The Vocabulary of Long-term Thinking

Using Google Ngram, Fisher found that the use of the phrase “long-term” has declined since the 01990s.

When we talk “long,” how long do we mean? Multiple horizons all compete for real estate in one word. MIT Knight Science Journalism Fellow Richard Fisher doesn’t mind, though, seeing opportunity in language’s affordances and flexibility to play, explore, unpack: his Substack newsletter, The Long-termist’s Field Guide, just introduced “Long-terminology,” a fun recursive tour of vocabulary words that offer handles with which one can grapple big ideas and their attendant practices and cultures.

His entry on word “long” and its different radii explores the sentiment and scope of Long Now but also Longue Durée, Long Time, and Longtermism (Oxford style). Inviting readers to contribute to a crowdsourced glossary, he celebrates the pluralism of both language in its ever-folding dynamism and the very varied human sense of time. As far as guided tours go, this one’s off to a good start.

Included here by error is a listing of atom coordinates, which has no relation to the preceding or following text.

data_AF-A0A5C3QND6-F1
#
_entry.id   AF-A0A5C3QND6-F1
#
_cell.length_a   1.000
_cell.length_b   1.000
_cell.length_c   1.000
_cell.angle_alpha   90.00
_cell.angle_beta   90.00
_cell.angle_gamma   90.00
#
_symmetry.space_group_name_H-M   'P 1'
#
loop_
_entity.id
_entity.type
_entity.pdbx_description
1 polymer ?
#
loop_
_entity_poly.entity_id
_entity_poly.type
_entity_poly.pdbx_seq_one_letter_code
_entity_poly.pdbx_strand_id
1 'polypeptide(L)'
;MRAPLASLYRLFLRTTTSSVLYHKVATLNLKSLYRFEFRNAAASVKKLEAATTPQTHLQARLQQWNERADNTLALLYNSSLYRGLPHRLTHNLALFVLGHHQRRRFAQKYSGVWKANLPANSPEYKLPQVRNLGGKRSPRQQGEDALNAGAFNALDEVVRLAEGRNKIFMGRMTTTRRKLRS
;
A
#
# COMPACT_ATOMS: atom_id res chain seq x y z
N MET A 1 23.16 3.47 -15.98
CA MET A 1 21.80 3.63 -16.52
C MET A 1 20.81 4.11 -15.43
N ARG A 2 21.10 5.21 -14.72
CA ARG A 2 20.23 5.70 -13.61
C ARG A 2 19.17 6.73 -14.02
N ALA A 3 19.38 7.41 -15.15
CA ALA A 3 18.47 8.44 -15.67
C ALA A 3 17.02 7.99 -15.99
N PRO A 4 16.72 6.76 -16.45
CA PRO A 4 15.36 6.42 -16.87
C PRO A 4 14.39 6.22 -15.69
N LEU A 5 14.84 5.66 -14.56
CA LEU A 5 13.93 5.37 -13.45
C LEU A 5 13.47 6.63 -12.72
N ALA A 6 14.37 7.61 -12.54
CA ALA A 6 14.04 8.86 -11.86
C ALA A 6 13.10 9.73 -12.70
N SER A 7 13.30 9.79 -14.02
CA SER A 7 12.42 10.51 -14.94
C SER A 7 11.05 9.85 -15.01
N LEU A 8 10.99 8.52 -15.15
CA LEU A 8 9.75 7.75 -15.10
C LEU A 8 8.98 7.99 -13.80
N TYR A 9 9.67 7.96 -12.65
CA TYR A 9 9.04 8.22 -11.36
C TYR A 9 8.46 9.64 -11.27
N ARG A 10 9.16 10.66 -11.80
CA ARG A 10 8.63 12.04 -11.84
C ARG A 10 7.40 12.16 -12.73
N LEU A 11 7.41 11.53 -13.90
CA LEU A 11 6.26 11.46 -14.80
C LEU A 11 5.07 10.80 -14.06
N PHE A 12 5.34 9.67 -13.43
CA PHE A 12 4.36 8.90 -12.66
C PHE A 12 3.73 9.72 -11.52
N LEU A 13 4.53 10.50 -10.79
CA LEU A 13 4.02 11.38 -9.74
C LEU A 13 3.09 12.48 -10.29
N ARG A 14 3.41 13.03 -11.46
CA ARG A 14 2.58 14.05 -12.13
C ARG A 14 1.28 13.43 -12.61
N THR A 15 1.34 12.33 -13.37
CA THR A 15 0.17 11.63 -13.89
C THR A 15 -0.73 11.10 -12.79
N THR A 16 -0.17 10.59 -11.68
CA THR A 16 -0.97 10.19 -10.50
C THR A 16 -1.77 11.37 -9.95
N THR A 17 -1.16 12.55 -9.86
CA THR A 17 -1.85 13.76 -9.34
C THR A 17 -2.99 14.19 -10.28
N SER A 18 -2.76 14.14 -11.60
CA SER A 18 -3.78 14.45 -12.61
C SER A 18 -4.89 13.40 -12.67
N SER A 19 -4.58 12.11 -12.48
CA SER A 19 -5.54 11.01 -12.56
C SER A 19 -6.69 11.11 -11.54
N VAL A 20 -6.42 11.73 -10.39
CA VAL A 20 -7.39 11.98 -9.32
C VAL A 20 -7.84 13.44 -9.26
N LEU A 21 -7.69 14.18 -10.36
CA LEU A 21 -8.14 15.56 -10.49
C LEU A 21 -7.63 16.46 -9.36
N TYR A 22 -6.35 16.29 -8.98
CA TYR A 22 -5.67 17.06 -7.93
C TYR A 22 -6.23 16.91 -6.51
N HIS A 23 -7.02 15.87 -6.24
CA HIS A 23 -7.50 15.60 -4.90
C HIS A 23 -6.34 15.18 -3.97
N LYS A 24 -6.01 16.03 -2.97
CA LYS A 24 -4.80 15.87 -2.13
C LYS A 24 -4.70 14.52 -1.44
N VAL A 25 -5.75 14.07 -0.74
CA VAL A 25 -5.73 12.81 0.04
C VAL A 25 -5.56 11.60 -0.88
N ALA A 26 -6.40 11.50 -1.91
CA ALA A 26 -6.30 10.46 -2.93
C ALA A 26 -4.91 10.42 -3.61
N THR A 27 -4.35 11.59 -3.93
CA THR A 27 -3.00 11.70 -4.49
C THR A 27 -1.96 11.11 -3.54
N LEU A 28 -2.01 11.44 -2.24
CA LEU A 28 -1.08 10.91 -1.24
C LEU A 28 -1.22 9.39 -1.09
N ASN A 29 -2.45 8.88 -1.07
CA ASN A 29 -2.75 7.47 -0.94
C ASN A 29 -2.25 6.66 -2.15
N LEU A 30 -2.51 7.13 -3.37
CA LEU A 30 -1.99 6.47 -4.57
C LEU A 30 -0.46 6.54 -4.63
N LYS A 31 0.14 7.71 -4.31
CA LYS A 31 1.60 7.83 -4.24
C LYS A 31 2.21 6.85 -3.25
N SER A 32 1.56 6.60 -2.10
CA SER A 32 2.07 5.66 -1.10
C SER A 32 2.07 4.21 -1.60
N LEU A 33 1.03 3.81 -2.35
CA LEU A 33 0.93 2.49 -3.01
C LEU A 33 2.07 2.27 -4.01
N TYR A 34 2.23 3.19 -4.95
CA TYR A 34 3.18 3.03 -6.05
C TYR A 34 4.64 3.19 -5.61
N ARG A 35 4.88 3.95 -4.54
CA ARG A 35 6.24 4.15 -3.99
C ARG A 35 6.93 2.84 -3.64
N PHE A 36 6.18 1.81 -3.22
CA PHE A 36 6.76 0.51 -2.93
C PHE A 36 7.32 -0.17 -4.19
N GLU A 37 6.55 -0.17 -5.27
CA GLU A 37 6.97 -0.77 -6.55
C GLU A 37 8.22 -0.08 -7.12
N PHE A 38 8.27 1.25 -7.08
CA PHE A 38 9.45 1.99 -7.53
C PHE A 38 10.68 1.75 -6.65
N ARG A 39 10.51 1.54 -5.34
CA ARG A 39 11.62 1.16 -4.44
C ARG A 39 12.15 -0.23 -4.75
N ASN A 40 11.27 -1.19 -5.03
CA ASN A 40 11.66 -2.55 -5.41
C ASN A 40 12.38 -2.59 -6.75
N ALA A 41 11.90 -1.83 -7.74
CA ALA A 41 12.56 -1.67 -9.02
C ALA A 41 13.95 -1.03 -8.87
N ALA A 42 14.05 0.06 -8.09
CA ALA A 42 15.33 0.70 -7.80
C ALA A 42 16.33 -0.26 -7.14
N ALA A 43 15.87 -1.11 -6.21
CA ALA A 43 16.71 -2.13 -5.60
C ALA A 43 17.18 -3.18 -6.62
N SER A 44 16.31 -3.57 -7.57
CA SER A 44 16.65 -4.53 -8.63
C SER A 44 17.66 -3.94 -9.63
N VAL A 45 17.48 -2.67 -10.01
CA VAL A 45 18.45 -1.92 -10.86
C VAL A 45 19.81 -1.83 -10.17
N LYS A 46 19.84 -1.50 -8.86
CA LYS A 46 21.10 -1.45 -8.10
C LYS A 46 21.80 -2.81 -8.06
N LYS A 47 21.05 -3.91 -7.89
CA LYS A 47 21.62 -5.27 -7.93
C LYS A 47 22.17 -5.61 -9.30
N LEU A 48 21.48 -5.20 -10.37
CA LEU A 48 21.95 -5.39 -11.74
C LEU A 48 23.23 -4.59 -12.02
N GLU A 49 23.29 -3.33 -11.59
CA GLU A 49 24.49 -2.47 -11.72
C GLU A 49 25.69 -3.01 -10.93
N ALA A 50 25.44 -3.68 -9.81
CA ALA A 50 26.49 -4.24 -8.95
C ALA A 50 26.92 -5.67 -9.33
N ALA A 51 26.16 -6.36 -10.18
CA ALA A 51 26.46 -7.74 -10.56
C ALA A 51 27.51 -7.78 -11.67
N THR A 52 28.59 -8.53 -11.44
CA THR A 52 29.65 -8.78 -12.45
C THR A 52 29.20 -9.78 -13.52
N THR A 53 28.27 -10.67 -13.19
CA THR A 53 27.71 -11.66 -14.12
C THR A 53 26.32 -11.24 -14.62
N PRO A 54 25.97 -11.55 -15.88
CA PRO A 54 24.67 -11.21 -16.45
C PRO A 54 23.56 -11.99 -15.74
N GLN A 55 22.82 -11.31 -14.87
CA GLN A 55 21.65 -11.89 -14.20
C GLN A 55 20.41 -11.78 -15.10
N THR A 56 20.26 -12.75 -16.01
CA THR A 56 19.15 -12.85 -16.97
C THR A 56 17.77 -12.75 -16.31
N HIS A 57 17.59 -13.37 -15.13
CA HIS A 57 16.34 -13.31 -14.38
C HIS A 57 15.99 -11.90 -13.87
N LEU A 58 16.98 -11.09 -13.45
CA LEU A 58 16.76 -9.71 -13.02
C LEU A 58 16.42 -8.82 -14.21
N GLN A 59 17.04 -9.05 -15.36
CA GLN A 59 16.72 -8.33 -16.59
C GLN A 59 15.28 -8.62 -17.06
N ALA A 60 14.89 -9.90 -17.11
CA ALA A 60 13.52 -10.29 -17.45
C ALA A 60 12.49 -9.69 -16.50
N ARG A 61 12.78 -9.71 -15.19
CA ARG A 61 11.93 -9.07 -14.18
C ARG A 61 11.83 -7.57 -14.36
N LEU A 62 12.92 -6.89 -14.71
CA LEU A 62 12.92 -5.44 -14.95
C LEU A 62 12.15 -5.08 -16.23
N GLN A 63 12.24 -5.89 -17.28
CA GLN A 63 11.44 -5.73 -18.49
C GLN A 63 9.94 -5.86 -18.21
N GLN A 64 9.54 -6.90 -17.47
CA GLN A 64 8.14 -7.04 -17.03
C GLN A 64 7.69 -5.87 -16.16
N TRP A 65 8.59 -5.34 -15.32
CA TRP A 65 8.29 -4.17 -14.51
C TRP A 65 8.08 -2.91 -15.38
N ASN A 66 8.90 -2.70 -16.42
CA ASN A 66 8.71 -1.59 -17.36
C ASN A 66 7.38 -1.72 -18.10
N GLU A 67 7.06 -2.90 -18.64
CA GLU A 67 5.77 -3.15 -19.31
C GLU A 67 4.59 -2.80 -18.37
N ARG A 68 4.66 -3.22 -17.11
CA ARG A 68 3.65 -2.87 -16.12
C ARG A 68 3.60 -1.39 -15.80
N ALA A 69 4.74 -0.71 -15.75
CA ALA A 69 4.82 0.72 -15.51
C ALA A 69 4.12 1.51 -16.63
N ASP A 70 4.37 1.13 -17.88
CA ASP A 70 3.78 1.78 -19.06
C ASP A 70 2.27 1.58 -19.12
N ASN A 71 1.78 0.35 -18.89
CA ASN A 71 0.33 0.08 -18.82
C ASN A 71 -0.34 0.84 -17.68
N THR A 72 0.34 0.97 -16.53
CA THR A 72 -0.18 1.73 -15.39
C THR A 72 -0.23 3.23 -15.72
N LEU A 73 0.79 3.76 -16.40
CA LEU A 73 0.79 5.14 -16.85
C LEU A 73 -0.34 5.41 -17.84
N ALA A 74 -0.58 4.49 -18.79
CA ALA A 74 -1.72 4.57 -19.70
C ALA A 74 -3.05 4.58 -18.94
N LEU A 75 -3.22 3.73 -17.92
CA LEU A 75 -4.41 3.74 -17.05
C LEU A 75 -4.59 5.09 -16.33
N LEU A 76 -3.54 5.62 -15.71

Learn More

  • Subscribe to Fisher’s newsletter on long-term thinking, “The Long-termist’s Field Guide.”
  • Read Richard Fisher’s essay in the MIT Technology Review, “Humanity is stuck in short-term thinking. Here’s how we escape.”
  • Read Long Now Executive Director Alexander Rose’s essay in BBC Future that Fisher edited, “How to build something that lasts 10,000 years.”

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What is the long now?

The Long Now Foundation is a nonprofit established in 01996 to foster long-term thinking. Our work encourages imagination at the timescale of civilization — the next and last 10,000 years — a timespan we call the long now.

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